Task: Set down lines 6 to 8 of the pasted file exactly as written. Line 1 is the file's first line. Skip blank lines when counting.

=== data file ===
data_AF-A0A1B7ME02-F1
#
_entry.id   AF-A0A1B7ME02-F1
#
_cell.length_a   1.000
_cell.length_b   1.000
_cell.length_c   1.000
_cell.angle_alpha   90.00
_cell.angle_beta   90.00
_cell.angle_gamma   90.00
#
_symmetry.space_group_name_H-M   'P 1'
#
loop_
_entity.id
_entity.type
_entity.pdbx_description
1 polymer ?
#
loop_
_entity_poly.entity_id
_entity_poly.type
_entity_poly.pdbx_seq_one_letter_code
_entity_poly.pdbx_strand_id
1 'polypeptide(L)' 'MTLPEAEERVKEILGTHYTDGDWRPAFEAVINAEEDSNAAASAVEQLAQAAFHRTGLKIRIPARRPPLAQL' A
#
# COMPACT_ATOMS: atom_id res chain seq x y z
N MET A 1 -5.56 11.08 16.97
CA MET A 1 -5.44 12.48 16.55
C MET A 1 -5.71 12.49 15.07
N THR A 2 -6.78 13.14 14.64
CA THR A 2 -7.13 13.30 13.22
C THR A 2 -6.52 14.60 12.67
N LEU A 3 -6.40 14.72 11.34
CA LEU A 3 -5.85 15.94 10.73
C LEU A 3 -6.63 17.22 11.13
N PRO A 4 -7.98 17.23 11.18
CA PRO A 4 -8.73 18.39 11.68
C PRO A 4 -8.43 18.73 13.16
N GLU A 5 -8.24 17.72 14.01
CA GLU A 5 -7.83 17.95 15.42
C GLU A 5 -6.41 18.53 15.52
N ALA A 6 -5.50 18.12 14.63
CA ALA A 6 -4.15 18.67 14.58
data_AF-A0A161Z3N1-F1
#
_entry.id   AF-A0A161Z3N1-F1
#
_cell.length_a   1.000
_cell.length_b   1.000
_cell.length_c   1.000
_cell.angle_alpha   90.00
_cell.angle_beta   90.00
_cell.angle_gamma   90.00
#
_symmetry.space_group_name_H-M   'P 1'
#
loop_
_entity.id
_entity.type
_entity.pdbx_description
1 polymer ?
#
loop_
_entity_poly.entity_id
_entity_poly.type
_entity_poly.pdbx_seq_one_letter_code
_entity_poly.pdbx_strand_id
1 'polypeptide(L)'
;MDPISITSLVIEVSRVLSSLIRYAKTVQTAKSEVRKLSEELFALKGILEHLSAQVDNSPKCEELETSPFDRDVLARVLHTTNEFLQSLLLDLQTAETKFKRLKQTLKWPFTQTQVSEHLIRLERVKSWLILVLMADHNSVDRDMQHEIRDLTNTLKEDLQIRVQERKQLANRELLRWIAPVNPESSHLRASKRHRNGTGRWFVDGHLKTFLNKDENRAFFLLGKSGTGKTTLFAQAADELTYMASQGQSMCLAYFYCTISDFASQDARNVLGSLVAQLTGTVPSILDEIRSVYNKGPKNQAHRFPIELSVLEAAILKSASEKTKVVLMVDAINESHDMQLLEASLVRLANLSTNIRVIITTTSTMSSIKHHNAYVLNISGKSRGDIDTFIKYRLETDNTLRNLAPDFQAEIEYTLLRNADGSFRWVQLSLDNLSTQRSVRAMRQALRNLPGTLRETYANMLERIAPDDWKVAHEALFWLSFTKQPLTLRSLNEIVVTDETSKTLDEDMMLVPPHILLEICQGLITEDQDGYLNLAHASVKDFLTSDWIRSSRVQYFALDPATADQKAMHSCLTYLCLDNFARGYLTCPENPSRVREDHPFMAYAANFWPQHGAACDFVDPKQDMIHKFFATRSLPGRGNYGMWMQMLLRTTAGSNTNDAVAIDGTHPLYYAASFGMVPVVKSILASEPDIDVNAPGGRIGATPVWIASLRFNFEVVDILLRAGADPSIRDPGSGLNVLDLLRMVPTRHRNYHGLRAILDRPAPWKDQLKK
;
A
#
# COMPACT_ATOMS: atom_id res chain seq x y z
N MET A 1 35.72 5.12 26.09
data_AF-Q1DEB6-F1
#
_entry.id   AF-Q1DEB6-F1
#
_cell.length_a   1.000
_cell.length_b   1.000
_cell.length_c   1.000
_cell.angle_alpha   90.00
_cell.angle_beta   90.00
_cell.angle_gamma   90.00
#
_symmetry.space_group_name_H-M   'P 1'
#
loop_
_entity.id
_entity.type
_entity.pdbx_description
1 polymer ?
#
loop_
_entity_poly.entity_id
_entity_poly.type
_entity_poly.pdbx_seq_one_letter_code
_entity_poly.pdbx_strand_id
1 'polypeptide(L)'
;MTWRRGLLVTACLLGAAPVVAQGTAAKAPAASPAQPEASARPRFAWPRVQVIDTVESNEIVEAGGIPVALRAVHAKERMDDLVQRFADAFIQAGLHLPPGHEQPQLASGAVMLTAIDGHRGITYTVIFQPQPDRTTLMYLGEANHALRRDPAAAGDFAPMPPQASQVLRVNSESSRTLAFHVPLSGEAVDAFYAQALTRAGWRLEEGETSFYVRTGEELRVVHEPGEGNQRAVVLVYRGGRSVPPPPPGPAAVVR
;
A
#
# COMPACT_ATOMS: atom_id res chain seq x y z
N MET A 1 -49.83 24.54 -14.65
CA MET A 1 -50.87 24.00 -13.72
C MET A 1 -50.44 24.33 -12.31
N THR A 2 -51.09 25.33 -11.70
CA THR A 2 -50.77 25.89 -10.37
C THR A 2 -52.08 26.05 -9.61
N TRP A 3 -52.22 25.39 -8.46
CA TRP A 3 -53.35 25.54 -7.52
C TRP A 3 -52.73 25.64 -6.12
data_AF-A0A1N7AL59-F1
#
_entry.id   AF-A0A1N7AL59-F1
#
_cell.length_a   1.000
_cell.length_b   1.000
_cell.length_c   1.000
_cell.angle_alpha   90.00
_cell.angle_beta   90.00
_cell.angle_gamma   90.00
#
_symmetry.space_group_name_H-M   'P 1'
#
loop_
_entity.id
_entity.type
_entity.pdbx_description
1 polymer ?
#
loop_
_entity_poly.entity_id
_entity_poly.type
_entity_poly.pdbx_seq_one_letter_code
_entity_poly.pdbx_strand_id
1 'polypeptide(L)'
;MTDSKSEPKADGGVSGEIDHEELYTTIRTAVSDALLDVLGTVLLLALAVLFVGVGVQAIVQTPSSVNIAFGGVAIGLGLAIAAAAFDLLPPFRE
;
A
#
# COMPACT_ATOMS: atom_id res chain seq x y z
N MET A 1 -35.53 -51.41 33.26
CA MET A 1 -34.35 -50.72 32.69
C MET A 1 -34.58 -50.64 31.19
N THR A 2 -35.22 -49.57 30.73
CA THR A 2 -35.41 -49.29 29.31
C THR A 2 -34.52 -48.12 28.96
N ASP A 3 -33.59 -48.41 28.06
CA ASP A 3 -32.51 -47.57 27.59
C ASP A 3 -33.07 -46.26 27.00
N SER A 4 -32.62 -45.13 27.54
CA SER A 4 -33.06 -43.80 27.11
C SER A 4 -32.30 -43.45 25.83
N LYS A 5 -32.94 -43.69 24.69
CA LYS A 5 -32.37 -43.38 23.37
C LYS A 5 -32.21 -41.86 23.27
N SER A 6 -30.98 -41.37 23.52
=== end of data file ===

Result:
_cell.length_b   1.000
_cell.length_c   1.000
_cell.angle_alpha   90.00